A clinical trial has investigated the effect of reduced nicotine content cigarettes on the respiratory health of people suffering from psychiatric conditions or socioeconomic disadvantage.
Reduced nicotine cigarettes (RNCCs) have been gaining popularity as a potential tool to help smokers quit the habit. RNCCs are cigarettes with a nicotine concentration of 2.4 mg/g tobacco or lower.
Smoking causes a variety of adverse pulmonary conditions including airway inflammation, chronic obstructive pulmonary disease, and lung cancer. To address the significant harms of cigarette smoking on public health, the U.S. Food and Drug Administration has proposed reducing the nicotine content of combustible cigarettes. The intent of this rule is to reduce the addiction potential of cigarettes, which would help prevent the uptake of cigarette smoking and facilitate quitting among current smokers. However, strong clinical studies on the respiratory health outcomes of RNCCs are limited.
Clinical TrialA clinical trial explored the impact of reduced nicotine cigarettes on respiratory health outcomes in smokers who experience psychiatric conditions or socioeconomic disadvantage.
The trial focused on 747 adult daily smokers who reported psychiatric conditions or socioeconomic disadvantage. These participants were randomly assigned to receive three different doses of nicotine in their cigarettes (0.4, 2.4, or 15.8 mg of nicotine/g tobacco). The researchers collected data on their respiratory health outcomes, including fractional exhaled nitric oxide (FeNO) levels and self-reported respiratory symptoms via a Respiratory Health Questionnaire (RHQ) at weeks 6 and 12.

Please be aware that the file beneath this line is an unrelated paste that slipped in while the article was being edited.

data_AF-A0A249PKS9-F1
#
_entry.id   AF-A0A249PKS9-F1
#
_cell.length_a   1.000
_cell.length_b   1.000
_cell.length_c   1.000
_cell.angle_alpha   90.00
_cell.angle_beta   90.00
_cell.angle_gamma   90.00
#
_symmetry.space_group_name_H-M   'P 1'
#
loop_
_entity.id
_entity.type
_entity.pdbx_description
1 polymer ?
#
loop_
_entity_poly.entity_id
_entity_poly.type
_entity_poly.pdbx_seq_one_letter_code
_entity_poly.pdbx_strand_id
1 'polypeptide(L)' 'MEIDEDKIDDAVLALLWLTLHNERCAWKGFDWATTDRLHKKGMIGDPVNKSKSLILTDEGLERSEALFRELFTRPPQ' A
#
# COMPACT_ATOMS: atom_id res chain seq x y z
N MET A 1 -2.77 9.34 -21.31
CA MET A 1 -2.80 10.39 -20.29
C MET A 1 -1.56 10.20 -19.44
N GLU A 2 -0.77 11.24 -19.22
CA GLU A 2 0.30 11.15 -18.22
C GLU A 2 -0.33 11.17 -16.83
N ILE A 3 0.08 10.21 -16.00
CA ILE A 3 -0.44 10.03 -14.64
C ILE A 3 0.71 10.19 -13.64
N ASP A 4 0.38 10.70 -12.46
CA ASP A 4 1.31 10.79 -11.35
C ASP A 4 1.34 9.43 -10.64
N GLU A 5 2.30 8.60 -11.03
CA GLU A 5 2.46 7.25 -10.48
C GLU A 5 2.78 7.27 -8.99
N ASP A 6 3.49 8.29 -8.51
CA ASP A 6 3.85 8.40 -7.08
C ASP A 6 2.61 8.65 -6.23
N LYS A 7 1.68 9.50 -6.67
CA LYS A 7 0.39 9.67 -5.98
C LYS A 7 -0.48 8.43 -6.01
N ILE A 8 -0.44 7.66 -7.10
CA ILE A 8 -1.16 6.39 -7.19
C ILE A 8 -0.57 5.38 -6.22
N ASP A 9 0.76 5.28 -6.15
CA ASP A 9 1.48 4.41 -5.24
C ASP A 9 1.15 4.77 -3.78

The results of the trial showed that participants who smoked reduced nicotine cigarettes had higher FeNO levels compared to those who smoked higher-dose nicotine cigarettes. FeNO is an indicator of airway inflammation, which is associated with respiratory diseases such as asthma and chronic obstructive pulmonary disease. It is a marker of respiratory health that is sensitive to changes in smoking. FeNO levels are lower in smokers compared to non-smokers. The higher FeNO levels suggest that reduced nicotine cigarettes may be less harmful to the respiratory system than regular cigarettes.